I was invited along to an event at the Marriott hotel in Marble Arch for the opening of a new “concept” restaurant, Lanes of London.
It’s a beautiful setting and the staff were friendly, reasonably knowledgeable and enthusiastic. The food was surprisingly good considering the concept and the range of cuisines that they covered as a result.
It’s the concept of Lanes of London that I have a bit of a problem with. It’s not even a problem with the concept per se, more with the concept in this particular setting.
They cover four “Lanes” of London which represent different cuisines that our fair city has become famous for. So Brick Lane represents Indian food, Kingsland Road represents Vietnamese, or seemingly more generic “South East Asian” food, Edgware Road is Lebanese and Portobello Road is classic British.
So first of all, I realise three out of the four “Lanes” are actually “Roads” but I’m willing to let that slide, linking Portobello with British food is also pushing it a bit I guess but again, let’s leave pettiness out of things.
The real problem is that having all these cuisines and serving in small tapas-esque sharing plates means that depending on your group you can end up with a very strange selection of mis-matching dishes. This I think would be fine in a relaxed (I’m thinking Hackney) hipster place where the novelty would make things amusing, here it just feels a bit odd in posh surroundings and with the style that Lanes of London is going for.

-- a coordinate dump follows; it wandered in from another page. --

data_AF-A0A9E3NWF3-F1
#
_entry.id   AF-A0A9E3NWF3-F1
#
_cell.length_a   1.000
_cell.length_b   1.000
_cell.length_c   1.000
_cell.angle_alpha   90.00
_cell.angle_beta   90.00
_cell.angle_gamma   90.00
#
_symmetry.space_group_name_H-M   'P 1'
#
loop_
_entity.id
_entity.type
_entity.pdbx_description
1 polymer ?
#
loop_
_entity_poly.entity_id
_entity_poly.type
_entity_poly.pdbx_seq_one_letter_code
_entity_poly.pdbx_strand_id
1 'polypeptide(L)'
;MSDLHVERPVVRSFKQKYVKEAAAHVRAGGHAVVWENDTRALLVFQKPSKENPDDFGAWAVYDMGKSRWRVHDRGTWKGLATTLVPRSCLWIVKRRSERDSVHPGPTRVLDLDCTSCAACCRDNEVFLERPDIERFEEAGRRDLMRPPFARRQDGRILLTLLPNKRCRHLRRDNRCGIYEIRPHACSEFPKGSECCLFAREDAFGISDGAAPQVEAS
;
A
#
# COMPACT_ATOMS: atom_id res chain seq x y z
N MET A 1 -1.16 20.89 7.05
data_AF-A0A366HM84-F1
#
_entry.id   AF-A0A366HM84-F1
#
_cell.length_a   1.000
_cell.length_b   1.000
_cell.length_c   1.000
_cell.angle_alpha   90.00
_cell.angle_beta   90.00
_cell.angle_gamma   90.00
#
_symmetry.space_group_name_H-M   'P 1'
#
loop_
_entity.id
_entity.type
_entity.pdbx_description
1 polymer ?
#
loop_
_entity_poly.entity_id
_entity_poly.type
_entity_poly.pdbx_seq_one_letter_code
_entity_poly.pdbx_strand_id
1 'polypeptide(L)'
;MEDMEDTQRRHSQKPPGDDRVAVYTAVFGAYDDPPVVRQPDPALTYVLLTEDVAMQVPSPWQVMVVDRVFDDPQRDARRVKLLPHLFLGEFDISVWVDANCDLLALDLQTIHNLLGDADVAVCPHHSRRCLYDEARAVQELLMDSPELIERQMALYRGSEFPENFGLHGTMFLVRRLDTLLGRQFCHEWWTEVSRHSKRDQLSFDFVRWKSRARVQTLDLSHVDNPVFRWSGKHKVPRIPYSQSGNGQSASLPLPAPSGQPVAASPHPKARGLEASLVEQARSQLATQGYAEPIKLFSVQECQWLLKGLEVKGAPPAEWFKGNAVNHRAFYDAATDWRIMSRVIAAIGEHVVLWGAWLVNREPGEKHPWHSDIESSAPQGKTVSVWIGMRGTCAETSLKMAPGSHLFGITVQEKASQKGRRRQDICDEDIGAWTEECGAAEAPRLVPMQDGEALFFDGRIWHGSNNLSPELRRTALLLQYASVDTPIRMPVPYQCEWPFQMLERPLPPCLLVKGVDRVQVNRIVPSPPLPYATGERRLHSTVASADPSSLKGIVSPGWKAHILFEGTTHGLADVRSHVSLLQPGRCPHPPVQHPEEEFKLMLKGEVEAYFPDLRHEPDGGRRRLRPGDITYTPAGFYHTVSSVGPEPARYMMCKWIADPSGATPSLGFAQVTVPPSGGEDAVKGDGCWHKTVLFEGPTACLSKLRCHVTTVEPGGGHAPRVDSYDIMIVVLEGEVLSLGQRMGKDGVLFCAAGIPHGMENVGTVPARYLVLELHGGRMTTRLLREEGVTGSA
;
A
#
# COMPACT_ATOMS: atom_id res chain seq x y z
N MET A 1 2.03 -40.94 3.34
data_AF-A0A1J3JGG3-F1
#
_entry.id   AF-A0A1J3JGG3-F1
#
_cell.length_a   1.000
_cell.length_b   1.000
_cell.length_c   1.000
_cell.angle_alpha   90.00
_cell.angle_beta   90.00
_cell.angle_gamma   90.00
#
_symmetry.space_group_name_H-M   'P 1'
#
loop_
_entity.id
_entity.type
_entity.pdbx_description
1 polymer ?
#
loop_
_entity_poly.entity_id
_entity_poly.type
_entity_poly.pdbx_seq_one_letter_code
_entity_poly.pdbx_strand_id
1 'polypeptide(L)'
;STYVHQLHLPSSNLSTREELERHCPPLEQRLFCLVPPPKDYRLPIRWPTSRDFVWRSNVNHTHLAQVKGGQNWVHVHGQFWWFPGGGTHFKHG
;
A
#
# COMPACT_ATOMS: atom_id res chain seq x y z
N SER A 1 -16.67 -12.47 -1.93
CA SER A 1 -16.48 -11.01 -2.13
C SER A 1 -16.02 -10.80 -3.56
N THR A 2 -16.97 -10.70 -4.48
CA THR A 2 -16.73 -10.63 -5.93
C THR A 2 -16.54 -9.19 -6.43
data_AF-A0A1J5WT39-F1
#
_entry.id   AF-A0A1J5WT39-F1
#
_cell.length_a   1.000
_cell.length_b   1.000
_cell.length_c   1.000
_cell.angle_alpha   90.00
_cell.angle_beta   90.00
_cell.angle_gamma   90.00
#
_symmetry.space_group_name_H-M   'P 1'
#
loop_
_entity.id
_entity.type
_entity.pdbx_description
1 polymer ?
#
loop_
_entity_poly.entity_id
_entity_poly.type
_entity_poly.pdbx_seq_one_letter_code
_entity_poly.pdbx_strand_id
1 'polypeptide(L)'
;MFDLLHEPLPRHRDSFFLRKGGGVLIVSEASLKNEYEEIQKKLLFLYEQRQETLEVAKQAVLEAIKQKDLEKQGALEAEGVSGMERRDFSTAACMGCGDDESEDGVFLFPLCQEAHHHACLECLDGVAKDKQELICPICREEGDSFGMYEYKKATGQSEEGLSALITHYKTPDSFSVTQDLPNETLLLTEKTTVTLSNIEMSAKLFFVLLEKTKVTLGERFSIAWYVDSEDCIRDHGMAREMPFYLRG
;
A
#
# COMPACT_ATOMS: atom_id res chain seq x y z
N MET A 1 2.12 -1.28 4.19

Anyway, in no particular order, let me take you through some of the Lanes of London items we sampled this evening using press photos provided and starting with a cocktail.
The Arack Panch was a rice wine based cocktail from Sri Lanka with pomegranate seeds and lime. It was a little sweet but not at all bad.
The Beef Brisket sliders served with bone marrow as a topping were probably the highlight, with tender patties we could have carried on eating these all night.
I found the butter chicken a little bland and the roti that came with it a bit greasy but it was popular with others at the table so maybe I just like it hot.
The Hung Que sour was an alternative take on the whiskey sour with added lemongrass. It wasn’t that dissimilar to an average whiskey sour was our verdict.
These are the Jammy Dodgers – served to us in a Lanes of London metal box to take away and a cake rather than the biscuit you may be used to. Incredibly sweet but quite a treat.
The Kafta Meshwi were Lebanese meats with a babaganoush dip, pretty good if a bit fatty.
The Lamb Cutlets with greens were tasty although not really enough to share and very much on the bone.
The interior of the Lanes of London restaurant is done out stylishly although having to walk through the reception of the hotel and down two flights of stairs to the toilets was a bit of a mood killer.
The pumpkin salad didn’t last long but was kind of inoffensive and forgettable to be honest.
Another favourite of mine, perhaps because it took me back to Indian street food was the smashed up samosa Chaat, the pastry snack mixed with a tangy tamarindy sauce and chickpeas, straight off the stalls of Mumbai.
I’m a massive fan of a gourmet Scotched Egg, I attended a workshop on making these way back in the day, and this was an OK rendition but I thought the yolk could have been more runny and the breadcrumbs slightly less crisp. They were perhaps a little overcooked.
So, Lanes of London, friendly staff, weird concept, decent food, wrong setting would be my summary.